An Nontraditional Advent Meditation
The Incarnation of God began billions of years ago when the earliest forms of matter were ignited and began the vast cosmic expansion that is home to us all today.
Billions of years passed as God patiently worked, preparing creation to bring forth the divinely human Jesus. When that work was complete, in the sacred Fullness of Time, there was an eternally important but little noticed event in which, as Elizabeth Johnson noted,
“Real blood was shed at this delivery, by a poor woman of peasant society far from home,
laboring in childbirth for the first time. And it was holy.”
The centuries since Jesus began to open our eyes to our deeper humanly divine reality have witnessed God quietly continuing to develop the Incarnation slowly among us, building communities of trust and hope that may one day evolve with our help into a world of peace with justice and love for all. On that day, conscious of the divine life we each embody, we will embrace God within and among us all.
Pierre Teilhard de Chardin reminds us:
“Above all trust in the slow work of God.
We are quite naturally, impatient in everything
to reach the end without delay.
We would like to skip the intermediate stages.
We are impatient on the way to something unknown,
And yet it is made by passing through stages of instability
And that may take a very long time. . . .
Only God can say what this new spirit
forming within you will be.
Give the Lord the benefit of believing
that His hand is leading you,
and accept the anxiety of feeling yourself
In suspense and incomplete.”
James E. Hug, S.J.
Winter Sky by Marcy Leigh
Come to hear your heart’s desires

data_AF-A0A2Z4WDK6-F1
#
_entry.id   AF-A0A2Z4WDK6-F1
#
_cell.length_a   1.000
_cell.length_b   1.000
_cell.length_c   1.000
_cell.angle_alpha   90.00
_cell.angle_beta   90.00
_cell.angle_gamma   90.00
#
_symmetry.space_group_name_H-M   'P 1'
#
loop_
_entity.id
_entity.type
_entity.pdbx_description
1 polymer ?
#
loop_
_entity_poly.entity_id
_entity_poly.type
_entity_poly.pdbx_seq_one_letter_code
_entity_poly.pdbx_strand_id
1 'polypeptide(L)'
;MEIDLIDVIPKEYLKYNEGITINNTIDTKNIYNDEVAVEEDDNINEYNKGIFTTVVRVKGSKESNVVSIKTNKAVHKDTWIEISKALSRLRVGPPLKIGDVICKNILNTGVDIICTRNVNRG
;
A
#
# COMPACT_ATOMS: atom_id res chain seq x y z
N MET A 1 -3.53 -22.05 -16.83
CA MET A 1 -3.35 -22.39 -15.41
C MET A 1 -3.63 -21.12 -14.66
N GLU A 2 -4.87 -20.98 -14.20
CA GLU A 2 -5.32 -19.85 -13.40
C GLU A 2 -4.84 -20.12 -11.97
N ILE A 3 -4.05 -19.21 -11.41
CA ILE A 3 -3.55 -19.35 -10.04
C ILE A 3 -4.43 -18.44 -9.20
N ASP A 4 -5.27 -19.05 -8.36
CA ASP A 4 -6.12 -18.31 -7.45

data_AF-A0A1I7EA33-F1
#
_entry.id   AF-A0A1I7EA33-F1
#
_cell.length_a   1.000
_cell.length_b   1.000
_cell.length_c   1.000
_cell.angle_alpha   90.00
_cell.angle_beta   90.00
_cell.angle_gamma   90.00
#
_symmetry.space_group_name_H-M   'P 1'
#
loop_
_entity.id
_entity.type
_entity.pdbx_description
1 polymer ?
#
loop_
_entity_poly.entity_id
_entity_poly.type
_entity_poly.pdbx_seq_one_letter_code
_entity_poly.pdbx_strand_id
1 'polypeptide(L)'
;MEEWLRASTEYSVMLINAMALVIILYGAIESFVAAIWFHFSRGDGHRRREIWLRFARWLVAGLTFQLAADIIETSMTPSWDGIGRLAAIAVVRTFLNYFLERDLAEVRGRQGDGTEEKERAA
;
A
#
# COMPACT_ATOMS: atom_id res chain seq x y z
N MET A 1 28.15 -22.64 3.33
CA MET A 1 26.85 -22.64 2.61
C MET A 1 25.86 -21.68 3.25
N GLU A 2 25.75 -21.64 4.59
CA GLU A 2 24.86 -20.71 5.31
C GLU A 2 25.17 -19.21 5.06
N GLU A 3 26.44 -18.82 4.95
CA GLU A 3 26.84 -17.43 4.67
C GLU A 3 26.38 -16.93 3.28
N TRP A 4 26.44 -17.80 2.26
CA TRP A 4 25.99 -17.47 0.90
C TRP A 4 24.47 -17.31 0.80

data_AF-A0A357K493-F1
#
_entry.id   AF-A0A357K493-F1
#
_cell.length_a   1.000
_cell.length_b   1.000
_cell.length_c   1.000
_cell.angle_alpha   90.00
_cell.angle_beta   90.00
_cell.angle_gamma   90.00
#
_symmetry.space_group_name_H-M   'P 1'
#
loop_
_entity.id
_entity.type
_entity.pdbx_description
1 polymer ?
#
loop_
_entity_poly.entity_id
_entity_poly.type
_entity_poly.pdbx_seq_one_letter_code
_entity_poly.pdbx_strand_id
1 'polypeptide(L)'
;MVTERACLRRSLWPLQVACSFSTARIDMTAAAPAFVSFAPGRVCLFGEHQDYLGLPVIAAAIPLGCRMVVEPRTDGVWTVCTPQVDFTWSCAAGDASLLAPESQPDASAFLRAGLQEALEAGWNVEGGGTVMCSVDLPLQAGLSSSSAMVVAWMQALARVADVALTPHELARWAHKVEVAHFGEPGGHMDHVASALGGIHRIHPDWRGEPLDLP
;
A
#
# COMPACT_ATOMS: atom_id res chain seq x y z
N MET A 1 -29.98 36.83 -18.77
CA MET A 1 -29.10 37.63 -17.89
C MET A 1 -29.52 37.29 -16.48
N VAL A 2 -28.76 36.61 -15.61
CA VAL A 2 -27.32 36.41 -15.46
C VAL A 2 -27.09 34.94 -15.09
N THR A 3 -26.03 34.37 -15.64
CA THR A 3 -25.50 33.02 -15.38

Birthing love for all
December 2, 2015
There is no doubt that Advent can be a busy time. There are cards to write, presents to buy, parties to attend, and the days are adorned with decorations, baking, and visiting with friends. There are also many twinkling lights decorating homes because the days are darker and colder as we approach the winter solstice in this hemisphere. Advent can be a flurry of activity.
Yet as people of faith, we are aware that Advent is a sacred time. Advent is a season of hope, of expectation, and of peace. There is a poem by Ann Weems (Kneeling in Bethlehem) that says:
“Those who wait for God watch with their hearts and not their eyes,
Listening, always listening”.
During Advent, we are called to participate in the silence of the season. So, it is important that we take time apart to contemplate and to wait in prayer that we may grow in awe of the Incarnational mystery that Advent heralds.
Advent is a time of hope. In this world of so many troubles, violence, and neglect of the marginalized, hope can be difficult. I suspect that it is partly because in the wake of the unrest in our cultural and political lives, we can easily see the “glass as half empty” and so we may confuse hope with optimism. We hear voices saying that all will be well and yet somehow that seems too simple and we want to be realistic.
But it is important, especially at this time, to remember that hope is not optimism, rather it is a theological virtue. Hope is the heart’s assent to the reality that God is present in our lives and our world. God is at work among us, that is the meaning of the Incarnation and the foundation for hope.
There is a song by Carey Landry (Dance in the Darkness) with these words in the refrain:
“Dance in the darkness, slow be the pace.
Surrender to the rhythm of redeeming grace”.
These words can be a guide for Advent prayer. We need to slow our pace in order to listen and watch with our hearts. We need to slow our pace in order to appreciate the gifts of the darkness – what better image for mystery. We need to slow our pace to recognize God’s rhythm of redeeming grace. We need to slow our pace to allow Advent to bless us, to birth us, and to remind us that Christmas is not one particular day but rather it is the present moment.
And about hope, that is the Dance!
Karen Rossman, OP
Throughout this sacred season, there will be various offerings for your reflection and prayer. The first is a Friar’s homily for the 1st Sunday of Advent
The Global Catholic Climate Movement is offering a free Advent Resource Kit which contains a creation-themed Advent calendar linked to the liturgical readings, a list of 5 ways to “green” Christmas, an Advent novena, and an ecological Advent coloring book.
GCCM also has presented a beautiful online daily Advent Calendar